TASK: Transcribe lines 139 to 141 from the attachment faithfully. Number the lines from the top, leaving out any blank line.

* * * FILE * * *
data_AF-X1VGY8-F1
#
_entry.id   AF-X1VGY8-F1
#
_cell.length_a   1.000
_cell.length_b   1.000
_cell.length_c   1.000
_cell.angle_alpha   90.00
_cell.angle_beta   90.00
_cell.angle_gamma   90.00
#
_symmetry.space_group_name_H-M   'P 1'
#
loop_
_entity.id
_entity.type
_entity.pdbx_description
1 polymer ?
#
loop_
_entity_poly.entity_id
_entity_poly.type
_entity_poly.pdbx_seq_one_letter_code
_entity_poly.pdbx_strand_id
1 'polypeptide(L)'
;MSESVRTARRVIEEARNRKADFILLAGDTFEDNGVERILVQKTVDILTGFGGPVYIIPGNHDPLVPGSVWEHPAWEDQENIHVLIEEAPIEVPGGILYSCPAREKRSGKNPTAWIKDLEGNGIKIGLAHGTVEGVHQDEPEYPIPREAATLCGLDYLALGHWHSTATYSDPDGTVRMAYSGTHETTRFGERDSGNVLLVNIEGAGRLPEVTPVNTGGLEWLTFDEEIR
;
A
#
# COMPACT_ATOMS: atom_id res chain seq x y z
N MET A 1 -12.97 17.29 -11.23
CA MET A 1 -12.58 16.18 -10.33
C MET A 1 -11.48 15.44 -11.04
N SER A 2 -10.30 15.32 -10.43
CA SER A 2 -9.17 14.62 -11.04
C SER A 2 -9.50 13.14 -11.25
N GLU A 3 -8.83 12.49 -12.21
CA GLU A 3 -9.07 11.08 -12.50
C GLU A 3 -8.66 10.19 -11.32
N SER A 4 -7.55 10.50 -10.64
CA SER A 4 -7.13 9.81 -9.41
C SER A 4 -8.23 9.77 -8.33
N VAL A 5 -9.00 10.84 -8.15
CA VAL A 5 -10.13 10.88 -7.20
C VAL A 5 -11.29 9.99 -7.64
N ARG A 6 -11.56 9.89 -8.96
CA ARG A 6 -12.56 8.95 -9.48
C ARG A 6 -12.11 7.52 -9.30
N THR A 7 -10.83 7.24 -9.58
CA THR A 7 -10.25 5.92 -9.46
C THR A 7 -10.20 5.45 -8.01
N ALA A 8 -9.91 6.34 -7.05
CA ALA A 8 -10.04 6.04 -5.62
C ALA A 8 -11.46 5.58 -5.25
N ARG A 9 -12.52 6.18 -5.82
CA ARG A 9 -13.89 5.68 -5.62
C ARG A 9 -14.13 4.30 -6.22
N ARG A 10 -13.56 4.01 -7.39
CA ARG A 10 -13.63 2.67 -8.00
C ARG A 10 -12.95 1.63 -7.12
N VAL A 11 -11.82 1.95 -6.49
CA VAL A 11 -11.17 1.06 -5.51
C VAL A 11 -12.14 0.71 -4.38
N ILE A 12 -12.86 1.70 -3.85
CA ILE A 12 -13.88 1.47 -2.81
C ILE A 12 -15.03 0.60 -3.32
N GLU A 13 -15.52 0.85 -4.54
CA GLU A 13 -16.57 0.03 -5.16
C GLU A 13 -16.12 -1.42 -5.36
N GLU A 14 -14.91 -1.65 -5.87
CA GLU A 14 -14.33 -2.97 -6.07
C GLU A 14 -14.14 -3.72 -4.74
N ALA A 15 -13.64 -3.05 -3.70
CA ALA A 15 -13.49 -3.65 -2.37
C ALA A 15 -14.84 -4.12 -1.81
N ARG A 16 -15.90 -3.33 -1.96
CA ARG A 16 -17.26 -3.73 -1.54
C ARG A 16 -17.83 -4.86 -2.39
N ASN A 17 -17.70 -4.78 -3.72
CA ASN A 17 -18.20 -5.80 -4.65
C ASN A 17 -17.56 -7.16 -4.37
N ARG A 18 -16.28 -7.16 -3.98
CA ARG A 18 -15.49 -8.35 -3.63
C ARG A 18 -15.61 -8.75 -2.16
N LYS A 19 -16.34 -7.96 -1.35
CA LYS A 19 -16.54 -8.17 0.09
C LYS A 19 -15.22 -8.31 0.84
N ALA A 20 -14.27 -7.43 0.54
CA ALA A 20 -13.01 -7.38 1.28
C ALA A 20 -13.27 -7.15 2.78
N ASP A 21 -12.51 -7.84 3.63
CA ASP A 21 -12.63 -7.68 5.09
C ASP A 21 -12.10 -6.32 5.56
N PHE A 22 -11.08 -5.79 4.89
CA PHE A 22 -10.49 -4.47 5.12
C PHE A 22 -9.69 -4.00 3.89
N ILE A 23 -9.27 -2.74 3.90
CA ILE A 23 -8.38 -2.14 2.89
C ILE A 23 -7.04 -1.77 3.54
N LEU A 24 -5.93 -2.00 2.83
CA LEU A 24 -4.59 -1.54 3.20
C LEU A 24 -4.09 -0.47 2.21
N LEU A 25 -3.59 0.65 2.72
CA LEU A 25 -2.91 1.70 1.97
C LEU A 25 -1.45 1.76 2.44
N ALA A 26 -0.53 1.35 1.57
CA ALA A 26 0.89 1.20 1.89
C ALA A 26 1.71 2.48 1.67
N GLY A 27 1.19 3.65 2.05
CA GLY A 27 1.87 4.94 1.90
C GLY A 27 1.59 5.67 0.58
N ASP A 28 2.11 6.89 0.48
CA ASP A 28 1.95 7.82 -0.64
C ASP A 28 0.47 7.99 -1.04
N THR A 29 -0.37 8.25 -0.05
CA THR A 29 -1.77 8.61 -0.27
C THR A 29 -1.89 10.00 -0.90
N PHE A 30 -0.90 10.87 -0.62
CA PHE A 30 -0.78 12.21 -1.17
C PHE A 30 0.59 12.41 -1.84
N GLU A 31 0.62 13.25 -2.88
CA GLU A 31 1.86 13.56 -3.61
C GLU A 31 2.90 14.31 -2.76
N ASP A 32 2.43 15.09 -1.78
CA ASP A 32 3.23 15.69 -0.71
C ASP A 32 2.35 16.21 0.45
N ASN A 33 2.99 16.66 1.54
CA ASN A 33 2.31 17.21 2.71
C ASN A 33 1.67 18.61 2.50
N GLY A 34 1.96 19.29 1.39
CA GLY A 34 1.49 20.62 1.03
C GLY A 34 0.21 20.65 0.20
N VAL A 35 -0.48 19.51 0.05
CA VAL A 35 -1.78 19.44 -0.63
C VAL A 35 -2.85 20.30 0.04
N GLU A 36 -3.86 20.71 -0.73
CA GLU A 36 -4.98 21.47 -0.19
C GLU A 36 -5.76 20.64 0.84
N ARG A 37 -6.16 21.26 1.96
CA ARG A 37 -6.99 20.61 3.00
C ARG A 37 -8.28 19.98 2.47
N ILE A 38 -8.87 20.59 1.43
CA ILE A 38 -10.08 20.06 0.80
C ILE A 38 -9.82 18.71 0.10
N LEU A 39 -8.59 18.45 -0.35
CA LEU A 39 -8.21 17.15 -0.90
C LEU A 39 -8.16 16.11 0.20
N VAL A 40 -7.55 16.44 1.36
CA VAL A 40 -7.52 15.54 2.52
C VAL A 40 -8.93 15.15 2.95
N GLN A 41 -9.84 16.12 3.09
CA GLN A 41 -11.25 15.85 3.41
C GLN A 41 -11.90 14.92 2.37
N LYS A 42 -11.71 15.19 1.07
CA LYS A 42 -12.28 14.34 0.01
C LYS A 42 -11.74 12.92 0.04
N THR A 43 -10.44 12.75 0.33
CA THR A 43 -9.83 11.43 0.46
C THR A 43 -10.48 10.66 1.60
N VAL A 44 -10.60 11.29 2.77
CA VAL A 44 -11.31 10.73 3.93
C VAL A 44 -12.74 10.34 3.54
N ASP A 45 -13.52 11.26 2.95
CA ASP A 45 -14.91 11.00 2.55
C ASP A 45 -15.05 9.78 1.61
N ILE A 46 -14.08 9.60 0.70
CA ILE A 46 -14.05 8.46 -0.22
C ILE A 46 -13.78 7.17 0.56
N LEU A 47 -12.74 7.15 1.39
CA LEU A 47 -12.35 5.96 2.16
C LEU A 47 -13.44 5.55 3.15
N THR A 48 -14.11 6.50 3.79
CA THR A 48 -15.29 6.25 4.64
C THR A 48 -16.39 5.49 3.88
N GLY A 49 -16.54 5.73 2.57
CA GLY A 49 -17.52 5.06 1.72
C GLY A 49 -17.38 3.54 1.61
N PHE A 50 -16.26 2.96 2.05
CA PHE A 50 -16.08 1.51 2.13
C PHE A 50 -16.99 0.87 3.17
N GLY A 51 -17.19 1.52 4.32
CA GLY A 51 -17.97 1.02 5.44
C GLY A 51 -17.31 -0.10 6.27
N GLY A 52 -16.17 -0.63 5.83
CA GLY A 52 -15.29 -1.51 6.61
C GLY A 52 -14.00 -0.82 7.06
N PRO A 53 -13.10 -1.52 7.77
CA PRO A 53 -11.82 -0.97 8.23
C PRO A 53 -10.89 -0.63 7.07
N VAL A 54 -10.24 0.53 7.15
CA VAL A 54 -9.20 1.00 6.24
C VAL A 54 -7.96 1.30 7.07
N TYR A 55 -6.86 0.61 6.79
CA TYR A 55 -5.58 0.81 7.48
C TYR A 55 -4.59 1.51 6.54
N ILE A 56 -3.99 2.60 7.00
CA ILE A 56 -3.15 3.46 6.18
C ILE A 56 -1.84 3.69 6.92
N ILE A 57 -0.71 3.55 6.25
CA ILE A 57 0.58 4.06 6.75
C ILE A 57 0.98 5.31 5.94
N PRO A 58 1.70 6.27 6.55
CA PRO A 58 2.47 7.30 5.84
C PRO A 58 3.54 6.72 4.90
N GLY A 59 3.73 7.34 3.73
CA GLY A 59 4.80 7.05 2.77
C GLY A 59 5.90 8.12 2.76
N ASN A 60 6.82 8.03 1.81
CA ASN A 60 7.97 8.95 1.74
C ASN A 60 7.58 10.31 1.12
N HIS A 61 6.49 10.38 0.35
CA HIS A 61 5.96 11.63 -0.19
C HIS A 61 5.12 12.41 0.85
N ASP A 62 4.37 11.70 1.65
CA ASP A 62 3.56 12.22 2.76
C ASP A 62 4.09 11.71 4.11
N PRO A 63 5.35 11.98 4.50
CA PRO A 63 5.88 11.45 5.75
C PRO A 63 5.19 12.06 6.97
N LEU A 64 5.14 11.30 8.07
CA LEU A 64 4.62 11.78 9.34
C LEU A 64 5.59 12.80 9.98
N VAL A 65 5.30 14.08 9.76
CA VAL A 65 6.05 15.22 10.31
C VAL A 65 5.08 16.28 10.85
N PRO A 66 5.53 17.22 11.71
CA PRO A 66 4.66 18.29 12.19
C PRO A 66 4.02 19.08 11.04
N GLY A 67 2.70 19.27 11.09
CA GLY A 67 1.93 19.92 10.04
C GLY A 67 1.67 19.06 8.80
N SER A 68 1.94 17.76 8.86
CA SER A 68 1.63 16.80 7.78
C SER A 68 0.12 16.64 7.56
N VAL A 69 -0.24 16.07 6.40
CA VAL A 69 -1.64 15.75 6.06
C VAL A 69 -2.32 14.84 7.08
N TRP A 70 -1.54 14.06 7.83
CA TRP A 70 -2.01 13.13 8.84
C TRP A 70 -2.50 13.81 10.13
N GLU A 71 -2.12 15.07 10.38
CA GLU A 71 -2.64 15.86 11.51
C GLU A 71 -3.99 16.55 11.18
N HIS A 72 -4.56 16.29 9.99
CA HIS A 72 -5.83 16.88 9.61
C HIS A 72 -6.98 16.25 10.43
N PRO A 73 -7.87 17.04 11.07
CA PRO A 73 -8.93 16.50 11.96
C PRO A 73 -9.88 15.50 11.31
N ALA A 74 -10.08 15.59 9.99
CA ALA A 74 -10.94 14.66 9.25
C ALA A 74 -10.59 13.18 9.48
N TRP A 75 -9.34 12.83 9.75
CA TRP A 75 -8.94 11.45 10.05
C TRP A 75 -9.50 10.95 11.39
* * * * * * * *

N ARG A 37 -6.16 21.26 1.96
CA ARG A 37 -6.99 20.61 3.00
C ARG A 37 -8.28 19.98 2.47